Swan Lakers is devoted to preserving and improving the water quality and natural, cultural, and historical resources of Swan Lake, Montana; including its headwaters, its drainages, and appurtenant lands.
Established as a non-profit 501(c) (3) in 2005, Swan Lakers is a group of friends and neighbors who value the unique character and quality of our community, much of which is based on the pristine nature of the Swan Basin watershed. Our efforts to preserve and protect this valuable resource include Water Quality Studies, Aquatic Invasive Species Inspections, the Adopt-a-Highway MDOT program, and Swan River Cleanups. Our organization serves members and the greater community by providing the data, discussion and educational material necessary to make informed decisions regarding issues that affect the watershed’s present and future well being. Through collaborative efforts with other community organizations and government entities, we work to build a consensus that allows all those who appreciate our special home, residents and visitors alike, the opportunity to maintain the quality of life we all enjoy. Participation from all who share the Swan Lakers vision is encouraged. Photos for Banner by Kay Bjork
Six-Mile Alpine Glow – Photo by Denny Kellogg
Aquatic Invasive Species – Swan Lakers carried out boat inspections beginning on Memorial Day weekend and continuing until the end of August, with twice-weekly inspections in July and August. Thank you to all of our Volunteer Inspectors!!
For more general information, here is the link for “Montana Aquatic Invasive Species Boat Inspections 2021:
Aquatic Invasive Species - With regard to AIS, their spread is a growing problem across the United States and Canada. AIS that threaten Montana include Quagga and Zebra mussels, Curly Leaf Pondweed and Eurasian Millfoil. Unfortunately, Quaga and Zebra mussels have been found in Montana this past year. Their presence in our state is proof of how easily they can be moved from place to place on trailered watercraft. The introduction of these mussels would be a catastrophe for Montana’s waterways in terms of appearance and the effect on fishing. They reproduce rapidly in the millions fouling shorelines, clinging to structures like pilings, and clogging irrigation systems. They are filter feeders that interrupt the food chain that supports our fish populations. They can literally destroy a fishery. See more information below.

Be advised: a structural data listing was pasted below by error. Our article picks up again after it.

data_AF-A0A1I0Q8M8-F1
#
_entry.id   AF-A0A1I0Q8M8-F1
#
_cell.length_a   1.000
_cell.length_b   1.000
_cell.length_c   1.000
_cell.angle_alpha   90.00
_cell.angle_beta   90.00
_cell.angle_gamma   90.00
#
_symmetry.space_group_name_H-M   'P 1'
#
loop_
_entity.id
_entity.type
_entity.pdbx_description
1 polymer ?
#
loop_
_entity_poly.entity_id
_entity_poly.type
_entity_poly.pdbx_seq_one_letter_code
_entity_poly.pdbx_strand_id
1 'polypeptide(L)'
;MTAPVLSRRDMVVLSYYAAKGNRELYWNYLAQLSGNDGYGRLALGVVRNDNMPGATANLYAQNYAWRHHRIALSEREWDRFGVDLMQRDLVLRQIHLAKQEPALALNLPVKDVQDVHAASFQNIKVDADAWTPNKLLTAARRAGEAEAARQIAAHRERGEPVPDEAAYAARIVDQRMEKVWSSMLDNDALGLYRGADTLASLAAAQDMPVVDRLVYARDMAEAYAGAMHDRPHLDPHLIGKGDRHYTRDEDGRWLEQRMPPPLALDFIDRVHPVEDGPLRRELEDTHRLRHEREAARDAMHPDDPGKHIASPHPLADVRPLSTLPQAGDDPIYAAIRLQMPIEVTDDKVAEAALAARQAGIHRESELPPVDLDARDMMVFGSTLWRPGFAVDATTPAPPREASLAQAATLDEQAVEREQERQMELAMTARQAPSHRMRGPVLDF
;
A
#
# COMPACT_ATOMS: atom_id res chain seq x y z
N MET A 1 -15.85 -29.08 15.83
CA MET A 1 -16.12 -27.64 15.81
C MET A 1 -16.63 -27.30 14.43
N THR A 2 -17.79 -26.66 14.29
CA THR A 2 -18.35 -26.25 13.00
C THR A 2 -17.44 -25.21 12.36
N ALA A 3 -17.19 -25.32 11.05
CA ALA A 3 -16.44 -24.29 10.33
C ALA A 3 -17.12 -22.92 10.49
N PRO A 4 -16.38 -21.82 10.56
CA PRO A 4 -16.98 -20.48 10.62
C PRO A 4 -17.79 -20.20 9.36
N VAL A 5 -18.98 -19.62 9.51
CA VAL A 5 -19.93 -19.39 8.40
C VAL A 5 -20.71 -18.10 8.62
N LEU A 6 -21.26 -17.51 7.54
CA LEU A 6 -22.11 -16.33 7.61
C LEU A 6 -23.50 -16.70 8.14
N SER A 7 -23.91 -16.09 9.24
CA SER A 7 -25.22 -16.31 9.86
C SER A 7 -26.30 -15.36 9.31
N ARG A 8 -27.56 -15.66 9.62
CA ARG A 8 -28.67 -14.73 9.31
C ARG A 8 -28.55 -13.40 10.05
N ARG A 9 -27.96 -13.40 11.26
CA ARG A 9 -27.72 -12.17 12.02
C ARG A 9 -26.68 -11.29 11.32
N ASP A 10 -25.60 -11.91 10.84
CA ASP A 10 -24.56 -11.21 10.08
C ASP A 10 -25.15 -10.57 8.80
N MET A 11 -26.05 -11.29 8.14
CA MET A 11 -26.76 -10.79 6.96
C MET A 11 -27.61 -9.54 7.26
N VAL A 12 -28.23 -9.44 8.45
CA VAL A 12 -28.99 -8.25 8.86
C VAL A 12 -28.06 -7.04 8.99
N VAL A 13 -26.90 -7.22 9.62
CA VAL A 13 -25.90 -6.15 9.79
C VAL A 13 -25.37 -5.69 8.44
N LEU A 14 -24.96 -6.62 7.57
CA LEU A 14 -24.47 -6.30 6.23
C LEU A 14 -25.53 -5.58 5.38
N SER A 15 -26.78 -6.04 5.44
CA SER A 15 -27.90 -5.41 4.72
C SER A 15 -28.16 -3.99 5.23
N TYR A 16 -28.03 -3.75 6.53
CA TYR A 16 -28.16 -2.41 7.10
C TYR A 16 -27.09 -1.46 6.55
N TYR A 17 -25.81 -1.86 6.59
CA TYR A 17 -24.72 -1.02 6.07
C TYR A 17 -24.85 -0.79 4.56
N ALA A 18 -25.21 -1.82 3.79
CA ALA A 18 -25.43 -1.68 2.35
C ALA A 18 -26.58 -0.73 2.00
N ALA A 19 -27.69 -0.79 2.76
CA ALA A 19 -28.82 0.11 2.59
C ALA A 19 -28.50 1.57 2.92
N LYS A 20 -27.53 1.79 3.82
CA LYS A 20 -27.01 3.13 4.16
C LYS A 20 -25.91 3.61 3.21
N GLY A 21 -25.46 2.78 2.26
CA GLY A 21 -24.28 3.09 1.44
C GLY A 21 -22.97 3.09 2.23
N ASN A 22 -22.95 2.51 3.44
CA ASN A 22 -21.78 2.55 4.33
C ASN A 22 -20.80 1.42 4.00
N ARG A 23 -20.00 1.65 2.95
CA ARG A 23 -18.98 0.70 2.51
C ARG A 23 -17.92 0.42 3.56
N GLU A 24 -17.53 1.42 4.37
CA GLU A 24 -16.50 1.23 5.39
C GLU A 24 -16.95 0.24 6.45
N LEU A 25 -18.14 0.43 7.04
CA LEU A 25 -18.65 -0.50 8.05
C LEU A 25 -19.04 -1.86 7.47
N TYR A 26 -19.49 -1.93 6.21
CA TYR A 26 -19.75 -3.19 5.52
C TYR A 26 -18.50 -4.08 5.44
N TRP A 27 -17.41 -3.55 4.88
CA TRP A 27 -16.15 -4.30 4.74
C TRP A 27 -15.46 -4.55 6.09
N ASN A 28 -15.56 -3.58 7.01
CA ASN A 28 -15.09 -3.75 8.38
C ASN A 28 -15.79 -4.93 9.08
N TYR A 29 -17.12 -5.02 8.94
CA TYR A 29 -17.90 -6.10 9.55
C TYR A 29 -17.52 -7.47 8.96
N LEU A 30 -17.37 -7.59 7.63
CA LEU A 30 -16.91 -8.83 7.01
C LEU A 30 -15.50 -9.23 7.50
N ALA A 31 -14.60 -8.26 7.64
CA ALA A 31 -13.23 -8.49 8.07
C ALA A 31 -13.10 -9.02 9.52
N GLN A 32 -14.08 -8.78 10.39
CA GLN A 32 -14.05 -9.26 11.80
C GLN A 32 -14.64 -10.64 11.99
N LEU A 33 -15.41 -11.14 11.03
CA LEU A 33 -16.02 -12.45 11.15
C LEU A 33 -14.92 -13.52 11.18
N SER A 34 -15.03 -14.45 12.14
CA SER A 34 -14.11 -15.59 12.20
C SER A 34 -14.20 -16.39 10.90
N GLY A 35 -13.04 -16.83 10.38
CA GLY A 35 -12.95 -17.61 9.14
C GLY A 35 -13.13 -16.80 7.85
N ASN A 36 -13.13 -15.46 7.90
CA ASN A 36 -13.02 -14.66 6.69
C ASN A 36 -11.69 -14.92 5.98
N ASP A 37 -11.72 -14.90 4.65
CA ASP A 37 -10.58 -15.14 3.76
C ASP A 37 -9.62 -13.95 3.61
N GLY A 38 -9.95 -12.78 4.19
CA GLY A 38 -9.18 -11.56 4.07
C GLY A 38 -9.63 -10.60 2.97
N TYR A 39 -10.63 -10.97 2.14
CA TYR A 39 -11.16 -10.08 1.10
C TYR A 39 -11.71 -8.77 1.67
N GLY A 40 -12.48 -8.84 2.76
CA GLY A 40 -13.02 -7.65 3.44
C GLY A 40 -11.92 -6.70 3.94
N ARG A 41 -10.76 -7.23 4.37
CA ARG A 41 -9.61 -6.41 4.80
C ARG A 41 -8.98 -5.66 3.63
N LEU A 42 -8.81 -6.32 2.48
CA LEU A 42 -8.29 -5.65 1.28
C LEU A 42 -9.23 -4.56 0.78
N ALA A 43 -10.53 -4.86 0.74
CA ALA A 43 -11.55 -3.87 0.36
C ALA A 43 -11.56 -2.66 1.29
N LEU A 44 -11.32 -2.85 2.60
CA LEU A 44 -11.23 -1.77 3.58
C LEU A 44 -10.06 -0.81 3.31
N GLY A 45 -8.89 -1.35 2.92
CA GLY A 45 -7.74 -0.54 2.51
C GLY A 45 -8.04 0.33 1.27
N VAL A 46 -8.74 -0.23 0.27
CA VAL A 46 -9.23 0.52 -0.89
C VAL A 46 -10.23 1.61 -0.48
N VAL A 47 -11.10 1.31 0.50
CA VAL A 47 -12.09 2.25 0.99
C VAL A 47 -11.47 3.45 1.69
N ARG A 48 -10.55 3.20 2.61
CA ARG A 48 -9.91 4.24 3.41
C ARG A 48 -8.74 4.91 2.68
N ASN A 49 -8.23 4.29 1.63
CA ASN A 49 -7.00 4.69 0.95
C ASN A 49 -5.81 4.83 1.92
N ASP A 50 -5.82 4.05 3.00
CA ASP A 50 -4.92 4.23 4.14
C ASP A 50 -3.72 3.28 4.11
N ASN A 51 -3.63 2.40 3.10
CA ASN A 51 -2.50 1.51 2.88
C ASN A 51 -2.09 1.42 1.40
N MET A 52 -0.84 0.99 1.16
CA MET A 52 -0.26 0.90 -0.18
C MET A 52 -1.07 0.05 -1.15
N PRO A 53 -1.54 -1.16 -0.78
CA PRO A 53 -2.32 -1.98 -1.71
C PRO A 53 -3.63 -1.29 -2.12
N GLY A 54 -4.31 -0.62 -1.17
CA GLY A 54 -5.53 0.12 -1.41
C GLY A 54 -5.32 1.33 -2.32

Thank you to the Volunteers who came out for our Fall Highway Cleanup! It was a small, but mighty group of folks who picked up 14 HUGE bags of trash. Let’s keep Ferndale Beautiful!
Click on photos to enlarge
The Swan Lakers 16th Annual Meeting and Appreciation Party was held on Sunday, August 8th. We dodged some much needed rain showers and had a great turnout…thank you to everyone that attended! And a special thank you to our gracious hosts, Don and Janet, for offering such a wonderful setting!
Many thanks to Jeff Kemp – Volunteer of the Year!! Besides Jeff volunteering to be our President, once again, he heads up our AIS Inspections, puts in many hours of inspecting, has been on every water sampling excursion, speaks to other Water-Quality Organizations and steps up whenever needed. Thanks Jeff!
Montana Mussel Storymap - Montana Natural Heritage Program, December 2018
Please check out this new “Story Map” developed by the Montana Natural Heritage Program together with the Montana Departments of Fish, Wildlife and Parks, and Natural Resources and Conservation. It is an interactive demonstration of Montana’s Invasive Mussel Response Guidelines and tools that will be used in the event of a detection of invasive mussels in Montana waters. Montana’s Response to Invasive Mussels Story Map
We’d like to share with you another video prepared by some folks in British Columbia. It is filmed at Kalamalka Lake, which is just south of Vernon, B.C., and about 100 miles north of the U.S./Canada border. Kalamalka Lake, like Swan Lake, is part of the Columbia River watershed. The situation there is very similar to Swan Lake. It’s beautiful, and so far, pristine lake is located upstream on a watershed. Please take a few minutes to view this video. Splash Mob – Protecting Our Freshwater